), a place on the coast of Campania, between Baiae and Cape Misenum.
It was merely an obscure village before it became, in common with the neighbouring Baiae, a place of resort for wealthy Romans; but late writers absurdly derived its name from Boaulia (Βοαύλια
), and pretended that Hercules stabled his oxen there; whence Silius Italicus calls it “Herculei Bauli.” (12.156; Serv. ad Aen. 6.107
; Symmach. Ep.
The orator Hortensius had a villa here with some remarkable fish-ponds, which were the wonder of his contemporaries ; they afterwards passed into the possession of Antonia, the wife of Drusus. (Varr. R. R.
3.17; Plin. Nat. 9.55. s. 81
It is in this villa that Cicero lays the scene of his supposed dialogue with Catulus and Lucullus, which forms the second book of the Academics. (Cic. Ac. 2.3
.) Nero afterwards had a villa here, where Agrippina landed, and was received by him just before he caused her to be put to death. Dio Cassius represents it as the actual scene of her murder, but, from the more detailed narrative of Tacitus, it [p. 1.384]
appears that she proceeded from thence to Baiae, and there embarked with the view of returning to Bauli; and when the attempt to drown her on the passage failed, took refuge in her own villa near the Lucrine Lake, where she was soon after assassinated. (Tac. Ann. 14.4
; Suet. Nero 34
; D. C. 61.13
; Mart. 4.63
.) We learn from a letter of Symmachus that Bauli had lost nothing of its pleasantness, and was still occupied by numerous villas, as late as the reign of Theodosius; but we have no subsequent account of it.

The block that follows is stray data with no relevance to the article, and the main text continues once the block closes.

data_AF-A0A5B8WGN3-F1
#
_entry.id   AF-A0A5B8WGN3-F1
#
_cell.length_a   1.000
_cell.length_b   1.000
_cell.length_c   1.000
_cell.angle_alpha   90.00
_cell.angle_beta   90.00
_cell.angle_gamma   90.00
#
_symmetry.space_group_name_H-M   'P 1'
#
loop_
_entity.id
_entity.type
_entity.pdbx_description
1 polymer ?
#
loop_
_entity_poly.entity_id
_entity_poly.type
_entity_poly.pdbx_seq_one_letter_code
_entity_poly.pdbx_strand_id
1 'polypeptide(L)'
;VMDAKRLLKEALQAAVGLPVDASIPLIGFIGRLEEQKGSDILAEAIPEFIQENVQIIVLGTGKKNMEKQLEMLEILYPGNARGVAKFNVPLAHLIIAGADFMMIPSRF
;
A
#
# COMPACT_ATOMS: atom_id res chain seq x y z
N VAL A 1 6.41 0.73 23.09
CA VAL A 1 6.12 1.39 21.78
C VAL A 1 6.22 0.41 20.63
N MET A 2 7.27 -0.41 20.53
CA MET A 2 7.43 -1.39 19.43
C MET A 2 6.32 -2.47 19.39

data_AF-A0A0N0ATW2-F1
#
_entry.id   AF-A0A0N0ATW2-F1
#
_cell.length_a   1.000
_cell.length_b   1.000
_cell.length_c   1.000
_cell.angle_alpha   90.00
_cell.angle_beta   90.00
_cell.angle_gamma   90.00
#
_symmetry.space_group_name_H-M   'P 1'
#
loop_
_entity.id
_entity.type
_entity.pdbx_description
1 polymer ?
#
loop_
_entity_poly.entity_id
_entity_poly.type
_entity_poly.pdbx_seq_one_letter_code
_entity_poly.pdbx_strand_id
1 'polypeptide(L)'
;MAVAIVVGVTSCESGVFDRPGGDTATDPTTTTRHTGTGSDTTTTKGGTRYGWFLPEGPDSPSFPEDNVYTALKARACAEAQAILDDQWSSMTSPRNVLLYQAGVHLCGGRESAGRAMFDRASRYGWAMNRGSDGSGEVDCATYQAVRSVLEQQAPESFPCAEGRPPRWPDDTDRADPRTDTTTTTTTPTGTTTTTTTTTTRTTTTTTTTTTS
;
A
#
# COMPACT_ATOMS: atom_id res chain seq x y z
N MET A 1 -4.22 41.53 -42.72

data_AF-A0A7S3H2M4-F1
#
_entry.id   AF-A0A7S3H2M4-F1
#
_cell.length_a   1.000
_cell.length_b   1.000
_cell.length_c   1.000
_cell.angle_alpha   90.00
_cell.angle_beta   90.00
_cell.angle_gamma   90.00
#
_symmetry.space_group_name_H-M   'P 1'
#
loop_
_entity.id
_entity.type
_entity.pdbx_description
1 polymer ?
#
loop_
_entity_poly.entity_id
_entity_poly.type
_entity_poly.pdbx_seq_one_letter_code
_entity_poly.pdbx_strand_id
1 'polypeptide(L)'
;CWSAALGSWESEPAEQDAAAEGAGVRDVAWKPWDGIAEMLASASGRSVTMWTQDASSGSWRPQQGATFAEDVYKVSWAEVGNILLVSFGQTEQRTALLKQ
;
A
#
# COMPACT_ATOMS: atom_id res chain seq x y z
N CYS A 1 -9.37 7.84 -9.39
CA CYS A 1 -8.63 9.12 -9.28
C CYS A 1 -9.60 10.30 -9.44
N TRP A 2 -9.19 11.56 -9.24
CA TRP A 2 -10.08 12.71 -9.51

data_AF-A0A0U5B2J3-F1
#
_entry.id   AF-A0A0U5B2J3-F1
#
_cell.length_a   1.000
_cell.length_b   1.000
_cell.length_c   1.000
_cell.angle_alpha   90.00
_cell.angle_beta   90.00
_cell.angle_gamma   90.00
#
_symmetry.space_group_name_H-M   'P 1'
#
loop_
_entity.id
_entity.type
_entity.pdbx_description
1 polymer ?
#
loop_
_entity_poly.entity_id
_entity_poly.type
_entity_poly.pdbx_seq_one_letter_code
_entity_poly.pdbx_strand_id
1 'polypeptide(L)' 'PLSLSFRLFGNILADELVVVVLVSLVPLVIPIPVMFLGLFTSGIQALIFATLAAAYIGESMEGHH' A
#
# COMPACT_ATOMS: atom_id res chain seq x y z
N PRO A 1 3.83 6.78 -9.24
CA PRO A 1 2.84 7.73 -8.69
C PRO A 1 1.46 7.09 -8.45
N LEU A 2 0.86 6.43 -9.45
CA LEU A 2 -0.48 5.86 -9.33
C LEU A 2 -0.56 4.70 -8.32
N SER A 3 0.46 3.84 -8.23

The modern village of Bacolo
stands on a ridge of hill at some height above the sea, but it is evident, both from the expression of Silius Italicus, “ipso in litore” (l.c.
), and from the narrative of Tacitus, that the ancient Bauli was close to the sea-shore; the range of villas probably joining those of Baiae, so that the two names are not unfrequently interchanged.
There still exist on the shore extensive ruins and fragments of ancient buildings, which have every appearance of having belonged to the palace-like villas in question. Adjoining these are a number of artificial grottoes or galleries, commonly called Le Cento Camerelle,
opening out to the sea; the precise object of which is unknown, but which were doubtless connected with some of the villas here. On the hill above is an immense subterranean and vaulted edifice, which appears to have been a reservoir for water; probably designed for the supply of the fleet at Misenum.
It is one of the greatest works of the kind now extant, and is commonly called La Piscina Mirabile.
(Eustace's Class. Tour,
vol. ii. p. 417; Romanelli, vol. iii. p. 510.)